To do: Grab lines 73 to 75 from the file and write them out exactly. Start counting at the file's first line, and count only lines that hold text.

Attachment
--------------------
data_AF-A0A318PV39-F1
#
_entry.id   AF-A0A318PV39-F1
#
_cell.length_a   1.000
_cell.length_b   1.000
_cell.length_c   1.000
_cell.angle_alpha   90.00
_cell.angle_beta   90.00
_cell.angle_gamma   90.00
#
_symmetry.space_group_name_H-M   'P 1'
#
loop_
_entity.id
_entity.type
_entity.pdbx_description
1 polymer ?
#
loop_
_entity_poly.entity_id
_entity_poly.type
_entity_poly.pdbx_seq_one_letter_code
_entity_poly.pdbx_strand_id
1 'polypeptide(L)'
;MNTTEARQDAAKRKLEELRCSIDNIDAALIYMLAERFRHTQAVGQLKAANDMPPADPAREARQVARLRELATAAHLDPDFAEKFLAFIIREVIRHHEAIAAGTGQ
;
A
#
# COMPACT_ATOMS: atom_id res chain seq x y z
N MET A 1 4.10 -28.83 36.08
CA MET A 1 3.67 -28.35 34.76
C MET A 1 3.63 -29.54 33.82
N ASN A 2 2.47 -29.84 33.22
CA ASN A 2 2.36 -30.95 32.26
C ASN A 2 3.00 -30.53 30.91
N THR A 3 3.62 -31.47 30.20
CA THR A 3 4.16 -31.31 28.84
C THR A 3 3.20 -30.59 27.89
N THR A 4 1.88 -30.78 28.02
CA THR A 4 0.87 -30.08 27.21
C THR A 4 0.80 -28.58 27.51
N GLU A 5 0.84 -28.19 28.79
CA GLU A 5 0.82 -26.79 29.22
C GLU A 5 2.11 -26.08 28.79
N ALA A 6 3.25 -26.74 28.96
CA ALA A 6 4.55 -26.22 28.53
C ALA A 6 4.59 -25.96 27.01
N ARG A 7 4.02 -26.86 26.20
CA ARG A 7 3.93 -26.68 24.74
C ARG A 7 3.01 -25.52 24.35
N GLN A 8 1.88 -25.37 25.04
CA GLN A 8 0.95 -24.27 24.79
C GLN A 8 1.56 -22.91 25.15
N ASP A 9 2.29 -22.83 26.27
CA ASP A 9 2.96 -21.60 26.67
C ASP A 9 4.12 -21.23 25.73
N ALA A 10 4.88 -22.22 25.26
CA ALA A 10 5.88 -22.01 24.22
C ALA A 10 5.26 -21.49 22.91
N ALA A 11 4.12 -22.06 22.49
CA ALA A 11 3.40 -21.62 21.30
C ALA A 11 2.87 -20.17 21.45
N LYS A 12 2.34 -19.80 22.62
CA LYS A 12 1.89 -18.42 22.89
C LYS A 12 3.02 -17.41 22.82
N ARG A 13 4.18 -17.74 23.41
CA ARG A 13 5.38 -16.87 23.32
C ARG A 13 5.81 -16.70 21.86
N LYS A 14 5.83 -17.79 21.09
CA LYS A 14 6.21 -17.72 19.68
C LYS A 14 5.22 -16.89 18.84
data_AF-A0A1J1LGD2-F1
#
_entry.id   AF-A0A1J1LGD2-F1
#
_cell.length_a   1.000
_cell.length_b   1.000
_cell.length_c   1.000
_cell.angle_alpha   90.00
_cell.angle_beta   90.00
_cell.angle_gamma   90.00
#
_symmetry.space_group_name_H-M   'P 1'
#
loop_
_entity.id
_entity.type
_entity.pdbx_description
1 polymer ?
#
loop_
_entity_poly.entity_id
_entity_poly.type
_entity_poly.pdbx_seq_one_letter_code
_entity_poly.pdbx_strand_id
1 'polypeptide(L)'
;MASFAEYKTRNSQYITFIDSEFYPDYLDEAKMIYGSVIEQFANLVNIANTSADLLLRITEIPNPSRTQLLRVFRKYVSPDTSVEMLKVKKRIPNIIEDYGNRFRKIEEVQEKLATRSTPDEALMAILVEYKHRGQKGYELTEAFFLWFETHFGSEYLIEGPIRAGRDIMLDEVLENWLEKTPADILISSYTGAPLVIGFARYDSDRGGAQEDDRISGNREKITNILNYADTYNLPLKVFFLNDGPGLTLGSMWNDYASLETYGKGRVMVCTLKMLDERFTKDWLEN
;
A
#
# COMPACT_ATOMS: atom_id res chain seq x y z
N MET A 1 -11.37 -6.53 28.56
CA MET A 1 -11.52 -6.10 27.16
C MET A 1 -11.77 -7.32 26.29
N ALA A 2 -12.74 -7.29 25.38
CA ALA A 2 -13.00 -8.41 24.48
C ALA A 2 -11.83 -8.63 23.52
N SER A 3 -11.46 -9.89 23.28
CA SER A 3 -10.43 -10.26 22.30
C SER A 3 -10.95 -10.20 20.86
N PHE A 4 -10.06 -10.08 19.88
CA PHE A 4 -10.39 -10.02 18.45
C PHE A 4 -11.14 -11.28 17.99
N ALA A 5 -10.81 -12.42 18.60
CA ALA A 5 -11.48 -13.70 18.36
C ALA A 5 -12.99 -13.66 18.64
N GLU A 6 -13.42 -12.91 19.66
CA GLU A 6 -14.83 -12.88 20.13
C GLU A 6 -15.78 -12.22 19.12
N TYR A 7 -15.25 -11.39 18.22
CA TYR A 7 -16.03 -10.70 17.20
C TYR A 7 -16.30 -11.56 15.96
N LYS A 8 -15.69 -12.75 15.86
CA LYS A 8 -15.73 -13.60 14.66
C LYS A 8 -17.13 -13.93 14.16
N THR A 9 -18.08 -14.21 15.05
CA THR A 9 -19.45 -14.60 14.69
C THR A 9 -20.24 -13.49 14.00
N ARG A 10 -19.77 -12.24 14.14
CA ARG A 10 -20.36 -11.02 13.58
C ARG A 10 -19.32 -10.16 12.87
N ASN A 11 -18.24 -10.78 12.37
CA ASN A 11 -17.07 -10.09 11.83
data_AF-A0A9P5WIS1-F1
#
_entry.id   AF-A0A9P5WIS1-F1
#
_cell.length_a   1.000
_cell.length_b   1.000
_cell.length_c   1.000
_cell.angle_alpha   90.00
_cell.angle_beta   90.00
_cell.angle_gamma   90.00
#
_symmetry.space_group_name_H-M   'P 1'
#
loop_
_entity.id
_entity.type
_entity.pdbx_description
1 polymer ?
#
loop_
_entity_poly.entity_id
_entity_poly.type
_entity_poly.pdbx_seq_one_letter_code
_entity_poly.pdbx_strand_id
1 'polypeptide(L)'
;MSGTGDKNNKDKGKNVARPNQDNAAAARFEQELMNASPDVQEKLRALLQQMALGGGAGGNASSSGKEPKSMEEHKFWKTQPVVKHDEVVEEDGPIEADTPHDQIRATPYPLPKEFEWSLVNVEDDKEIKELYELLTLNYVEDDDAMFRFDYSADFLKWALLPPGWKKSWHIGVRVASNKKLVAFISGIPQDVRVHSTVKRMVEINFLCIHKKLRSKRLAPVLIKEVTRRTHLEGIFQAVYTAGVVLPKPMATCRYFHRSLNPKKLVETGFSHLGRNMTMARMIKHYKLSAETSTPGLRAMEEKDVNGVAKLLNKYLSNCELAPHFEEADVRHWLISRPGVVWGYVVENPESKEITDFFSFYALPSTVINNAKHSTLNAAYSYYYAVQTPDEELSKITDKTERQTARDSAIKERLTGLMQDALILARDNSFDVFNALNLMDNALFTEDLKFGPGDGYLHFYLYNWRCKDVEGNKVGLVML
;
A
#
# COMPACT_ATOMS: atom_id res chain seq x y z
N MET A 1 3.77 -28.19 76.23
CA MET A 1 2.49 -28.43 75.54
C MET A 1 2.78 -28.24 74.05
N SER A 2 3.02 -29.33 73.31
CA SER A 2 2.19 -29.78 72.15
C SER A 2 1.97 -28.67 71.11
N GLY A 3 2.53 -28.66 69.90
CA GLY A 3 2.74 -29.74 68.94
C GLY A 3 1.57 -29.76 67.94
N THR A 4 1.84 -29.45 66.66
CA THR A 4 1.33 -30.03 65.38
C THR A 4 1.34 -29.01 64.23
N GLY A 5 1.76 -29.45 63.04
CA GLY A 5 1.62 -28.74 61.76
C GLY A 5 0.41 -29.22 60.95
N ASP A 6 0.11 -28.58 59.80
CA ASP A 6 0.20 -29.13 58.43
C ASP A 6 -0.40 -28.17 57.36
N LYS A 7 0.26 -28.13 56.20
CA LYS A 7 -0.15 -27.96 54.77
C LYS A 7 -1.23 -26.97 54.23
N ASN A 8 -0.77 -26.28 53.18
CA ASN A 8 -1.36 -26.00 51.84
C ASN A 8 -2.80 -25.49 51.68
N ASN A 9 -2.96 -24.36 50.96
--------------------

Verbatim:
data_AF-A0A1J1LGD2-F1
#
_entry.id   AF-A0A1J1LGD2-F1